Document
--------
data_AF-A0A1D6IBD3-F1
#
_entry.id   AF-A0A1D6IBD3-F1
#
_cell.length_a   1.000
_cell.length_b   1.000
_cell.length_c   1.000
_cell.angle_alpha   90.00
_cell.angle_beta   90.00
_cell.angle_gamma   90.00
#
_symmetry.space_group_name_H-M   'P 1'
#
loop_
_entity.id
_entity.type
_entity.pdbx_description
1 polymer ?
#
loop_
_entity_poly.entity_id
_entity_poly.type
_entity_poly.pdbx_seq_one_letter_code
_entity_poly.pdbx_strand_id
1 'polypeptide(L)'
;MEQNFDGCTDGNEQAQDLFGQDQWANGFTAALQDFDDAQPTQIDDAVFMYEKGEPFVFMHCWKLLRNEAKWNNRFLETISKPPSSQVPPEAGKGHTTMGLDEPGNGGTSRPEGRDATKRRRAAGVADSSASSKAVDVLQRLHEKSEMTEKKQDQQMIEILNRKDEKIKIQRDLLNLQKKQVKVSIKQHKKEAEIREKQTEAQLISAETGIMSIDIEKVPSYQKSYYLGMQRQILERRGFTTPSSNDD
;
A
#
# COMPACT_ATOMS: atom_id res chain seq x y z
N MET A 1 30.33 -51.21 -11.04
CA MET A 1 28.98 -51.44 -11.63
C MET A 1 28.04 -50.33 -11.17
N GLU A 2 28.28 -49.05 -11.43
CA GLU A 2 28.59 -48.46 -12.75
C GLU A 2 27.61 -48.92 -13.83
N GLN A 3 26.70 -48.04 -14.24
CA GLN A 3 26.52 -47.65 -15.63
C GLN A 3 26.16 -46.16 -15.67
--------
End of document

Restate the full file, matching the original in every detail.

data_AF-A0A1D6IBD3-F1
#
_entry.id   AF-A0A1D6IBD3-F1
#
_cell.length_a   1.000
_cell.length_b   1.000
_cell.length_c   1.000
_cell.angle_alpha   90.00
_cell.angle_beta   90.00
_cell.angle_gamma   90.00
#
_symmetry.space_group_name_H-M   'P 1'
#
loop_
_entity.id
_entity.type
_entity.pdbx_description
1 polymer ?
#
loop_
_entity_poly.entity_id
_entity_poly.type
_entity_poly.pdbx_seq_one_letter_code
_entity_poly.pdbx_strand_id
1 'polypeptide(L)'
;MEQNFDGCTDGNEQAQDLFGQDQWANGFTAALQDFDDAQPTQIDDAVFMYEKGEPFVFMHCWKLLRNEAKWNNRFLETISKPPSSQVPPEAGKGHTTMGLDEPGNGGTSRPEGRDATKRRRAAGVADSSASSKAVDVLQRLHEKSEMTEKKQDQQMIEILNRKDEKIKIQRDLLNLQKKQVKVSIKQHKKEAEIREKQTEAQLISAETGIMSIDIEKVPSYQKSYYLGMQRQILERRGFTTPSSNDD
;
A
#
# COMPACT_ATOMS: atom_id res chain seq x y z
N MET A 1 30.33 -51.21 -11.04
CA MET A 1 28.98 -51.44 -11.63
C MET A 1 28.04 -50.33 -11.17
N GLU A 2 28.28 -49.05 -11.43
CA GLU A 2 28.59 -48.46 -12.75
C GLU A 2 27.61 -48.92 -13.83
N GLN A 3 26.70 -48.04 -14.24
CA GLN A 3 26.52 -47.65 -15.63
C GLN A 3 26.16 -46.16 -15.67